Increased risk of stroke after septicaemia: a population-based longitudinal study in Taiwan

PLoS One. 2014 Feb 21;9(2):e89386. doi: 10.1371/journal.pone.0089386. eCollection 2014.

Abstract

Inflammation and infection have been noted to increase stroke risk. However, the association between septicaemia and increased risk of stroke remains unclear. This population-based cohort study, using a National Health Insurance database, aimed to investigate whether patients with septicaemia are predisposed to increased stroke risk. The study included all patients hospitalised for septicaemia for the first time between 2000 and 2003 without prior stroke. Patients were followed until the end of 2010 to evaluate incidence of stroke. An age-, gender- and co-morbidities-matched cohort without prior stroke served as the control. Cox's proportional hazards regressions were used to assess differences in stroke risk between groups. Based on hazard ratios (HRs), patients with septicaemia had greater stroke risk, especially in the younger age groups (age <45: HR = 4.16, 95% CI: 2.39-7.24, p<0.001; age 45-64: HR = 1.76, 95% CI: 1.41-2.19, p<0.001; age ≥ 65: HR = 1.05, 95% CI: 0.91-1.22, p>0.05). Haemorrhagic stroke was the dominant type (ischaemic stroke: HR = 1.20, 95% CI: 1.06-1.37, p<0.01; haemorrhagic stroke: HR = 1.82, 95% CI: 1.35-2.46, p<0.001) and patients without co-morbidities were at slightly higher risk (without co-morbidities: HR = 1.49, 95% CI: 1.02-2.17, p<0.05; with co-morbidities: HR = 1.24, 95% CI: 1.10-1.41, p<0.001). The impact of septicaemia on stroke risk was highest within 6 months of the event and gradually declined over time. Our results suggest that septicaemia is associated with an increase in stroke risk, which is greatest in haemorrhagic stroke. Closer attention to patients with history of septicaemia may be warranted for stroke preventive measures, especially for younger patients without co-morbidities.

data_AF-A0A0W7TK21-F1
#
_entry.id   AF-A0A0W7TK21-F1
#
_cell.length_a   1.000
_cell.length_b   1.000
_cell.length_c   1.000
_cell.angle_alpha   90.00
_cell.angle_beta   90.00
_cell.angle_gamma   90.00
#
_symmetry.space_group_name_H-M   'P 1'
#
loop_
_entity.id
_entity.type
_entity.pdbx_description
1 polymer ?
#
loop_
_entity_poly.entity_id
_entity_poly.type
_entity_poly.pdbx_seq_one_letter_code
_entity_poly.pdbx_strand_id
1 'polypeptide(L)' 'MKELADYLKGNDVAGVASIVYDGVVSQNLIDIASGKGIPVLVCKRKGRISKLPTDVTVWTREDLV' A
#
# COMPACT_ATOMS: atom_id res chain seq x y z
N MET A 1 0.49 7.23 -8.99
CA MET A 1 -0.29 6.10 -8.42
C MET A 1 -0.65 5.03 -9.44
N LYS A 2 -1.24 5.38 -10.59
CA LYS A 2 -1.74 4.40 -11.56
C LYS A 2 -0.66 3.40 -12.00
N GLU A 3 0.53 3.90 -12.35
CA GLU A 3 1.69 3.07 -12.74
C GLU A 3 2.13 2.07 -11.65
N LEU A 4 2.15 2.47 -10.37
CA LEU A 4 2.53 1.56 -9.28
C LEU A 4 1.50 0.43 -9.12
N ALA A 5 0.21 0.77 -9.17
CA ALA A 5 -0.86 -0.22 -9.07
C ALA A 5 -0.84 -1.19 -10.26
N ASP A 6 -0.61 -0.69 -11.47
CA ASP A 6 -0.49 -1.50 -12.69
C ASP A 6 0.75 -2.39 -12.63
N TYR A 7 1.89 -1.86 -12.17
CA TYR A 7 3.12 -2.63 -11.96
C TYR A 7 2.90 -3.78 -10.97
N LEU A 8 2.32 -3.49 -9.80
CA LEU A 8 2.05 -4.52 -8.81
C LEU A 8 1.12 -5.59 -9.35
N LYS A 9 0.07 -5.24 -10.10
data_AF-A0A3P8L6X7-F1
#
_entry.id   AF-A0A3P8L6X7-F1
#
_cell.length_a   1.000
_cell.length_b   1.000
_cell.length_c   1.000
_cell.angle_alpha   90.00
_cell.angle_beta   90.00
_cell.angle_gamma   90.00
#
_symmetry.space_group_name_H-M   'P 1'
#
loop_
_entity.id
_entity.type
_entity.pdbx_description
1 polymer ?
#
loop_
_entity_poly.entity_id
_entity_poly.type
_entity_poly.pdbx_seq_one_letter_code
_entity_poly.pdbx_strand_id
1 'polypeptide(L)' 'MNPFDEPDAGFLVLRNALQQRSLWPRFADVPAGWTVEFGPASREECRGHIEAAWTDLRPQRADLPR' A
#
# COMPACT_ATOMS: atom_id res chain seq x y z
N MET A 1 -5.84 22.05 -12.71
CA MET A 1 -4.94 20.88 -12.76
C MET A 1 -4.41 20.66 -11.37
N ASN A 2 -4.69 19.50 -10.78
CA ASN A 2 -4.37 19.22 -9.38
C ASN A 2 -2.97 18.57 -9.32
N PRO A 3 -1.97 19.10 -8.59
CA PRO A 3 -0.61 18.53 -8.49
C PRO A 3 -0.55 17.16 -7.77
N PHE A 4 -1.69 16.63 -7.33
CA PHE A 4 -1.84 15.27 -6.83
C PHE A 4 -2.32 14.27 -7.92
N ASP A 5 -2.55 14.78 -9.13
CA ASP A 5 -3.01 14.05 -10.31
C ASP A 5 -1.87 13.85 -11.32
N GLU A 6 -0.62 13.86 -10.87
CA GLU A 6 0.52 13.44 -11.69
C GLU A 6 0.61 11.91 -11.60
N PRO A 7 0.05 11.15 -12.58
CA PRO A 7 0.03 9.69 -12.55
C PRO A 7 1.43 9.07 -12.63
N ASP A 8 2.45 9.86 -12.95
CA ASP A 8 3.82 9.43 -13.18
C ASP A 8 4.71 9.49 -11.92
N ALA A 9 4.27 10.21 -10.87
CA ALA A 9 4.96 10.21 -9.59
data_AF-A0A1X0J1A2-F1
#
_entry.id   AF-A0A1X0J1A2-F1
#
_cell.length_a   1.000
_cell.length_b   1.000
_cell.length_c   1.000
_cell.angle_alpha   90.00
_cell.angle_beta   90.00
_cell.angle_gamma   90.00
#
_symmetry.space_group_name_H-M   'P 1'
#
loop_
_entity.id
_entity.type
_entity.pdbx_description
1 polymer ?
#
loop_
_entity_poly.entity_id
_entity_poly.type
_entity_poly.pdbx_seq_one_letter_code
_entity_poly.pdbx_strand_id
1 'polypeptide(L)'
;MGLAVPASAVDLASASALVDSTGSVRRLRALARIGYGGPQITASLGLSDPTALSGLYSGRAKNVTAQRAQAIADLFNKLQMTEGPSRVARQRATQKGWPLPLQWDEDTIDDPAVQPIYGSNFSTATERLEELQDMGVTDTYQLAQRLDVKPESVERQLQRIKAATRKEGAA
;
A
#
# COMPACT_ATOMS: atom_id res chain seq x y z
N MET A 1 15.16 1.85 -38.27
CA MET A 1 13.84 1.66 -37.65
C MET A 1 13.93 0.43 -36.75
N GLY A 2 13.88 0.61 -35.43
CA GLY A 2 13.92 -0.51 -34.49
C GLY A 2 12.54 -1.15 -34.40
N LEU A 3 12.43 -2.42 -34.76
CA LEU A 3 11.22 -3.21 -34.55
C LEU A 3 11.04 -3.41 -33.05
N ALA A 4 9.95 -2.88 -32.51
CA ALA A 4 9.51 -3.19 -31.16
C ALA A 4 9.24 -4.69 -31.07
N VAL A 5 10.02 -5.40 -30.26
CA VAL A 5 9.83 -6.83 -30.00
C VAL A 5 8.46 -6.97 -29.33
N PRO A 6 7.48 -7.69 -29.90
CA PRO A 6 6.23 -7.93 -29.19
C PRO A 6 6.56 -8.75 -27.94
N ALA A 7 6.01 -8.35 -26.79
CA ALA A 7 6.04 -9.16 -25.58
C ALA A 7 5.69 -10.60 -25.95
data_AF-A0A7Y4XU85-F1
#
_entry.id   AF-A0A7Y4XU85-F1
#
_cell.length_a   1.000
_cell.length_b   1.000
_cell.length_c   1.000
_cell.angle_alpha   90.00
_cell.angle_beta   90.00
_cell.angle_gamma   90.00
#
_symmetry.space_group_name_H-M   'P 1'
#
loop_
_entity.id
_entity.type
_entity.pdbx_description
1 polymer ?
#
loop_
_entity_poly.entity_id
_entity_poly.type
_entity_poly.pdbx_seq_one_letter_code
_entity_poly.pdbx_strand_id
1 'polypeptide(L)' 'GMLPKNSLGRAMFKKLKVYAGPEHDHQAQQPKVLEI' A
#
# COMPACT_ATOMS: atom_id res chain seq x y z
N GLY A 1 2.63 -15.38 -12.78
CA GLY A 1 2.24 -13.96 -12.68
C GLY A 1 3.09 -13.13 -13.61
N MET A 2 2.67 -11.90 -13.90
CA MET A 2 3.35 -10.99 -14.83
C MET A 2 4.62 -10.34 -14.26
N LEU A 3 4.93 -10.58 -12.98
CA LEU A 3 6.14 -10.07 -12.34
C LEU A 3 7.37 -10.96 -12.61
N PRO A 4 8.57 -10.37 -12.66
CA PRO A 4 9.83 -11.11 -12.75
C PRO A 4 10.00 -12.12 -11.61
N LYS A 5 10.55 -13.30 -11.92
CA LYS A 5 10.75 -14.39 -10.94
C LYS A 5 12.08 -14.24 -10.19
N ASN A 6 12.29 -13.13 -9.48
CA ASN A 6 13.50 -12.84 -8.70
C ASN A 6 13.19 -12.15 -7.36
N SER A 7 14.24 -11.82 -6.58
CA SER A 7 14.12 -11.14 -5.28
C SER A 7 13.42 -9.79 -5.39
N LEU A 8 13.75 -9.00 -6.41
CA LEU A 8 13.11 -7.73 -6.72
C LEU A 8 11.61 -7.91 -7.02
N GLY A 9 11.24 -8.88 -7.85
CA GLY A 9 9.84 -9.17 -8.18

Publication types

  • Research Support, Non-U.S. Gov't

MeSH terms

  • Adult
  • Age Factors
  • Aged
  • Aged, 80 and over
  • Atrial Fibrillation / epidemiology
  • Comorbidity
  • Databases, Factual
  • Diabetes Mellitus / epidemiology
  • Female
  • Humans
  • Hypertension / epidemiology
  • Incidence
  • Longitudinal Studies
  • Male
  • Middle Aged
  • Myocardial Ischemia / epidemiology
  • Risk
  • Sepsis / complications*
  • Stroke / epidemiology*
  • Stroke / etiology
  • Taiwan

Grant support

This study was supported in part by the Tri-Service General Hospital grants (TSGH-C98-11-S02; TSGH-C99-010-11-S02; TSGH-C100-006-010-11-S02), Ministry of Health and Welfare grant (DOH101-TD-B-111-004), Academia Sinica Taiwan Biobank - Stroke Biosignature Project (BM102021169), Tseng-Lien Lin Foundation, Taiwan Brain Disease Foundation and Katsuzo and Kiyo Aoshima Memorial Funds, Japan. The funders had no role in study design, data collection and analysis, decision to publish, or preparation of the manuscript.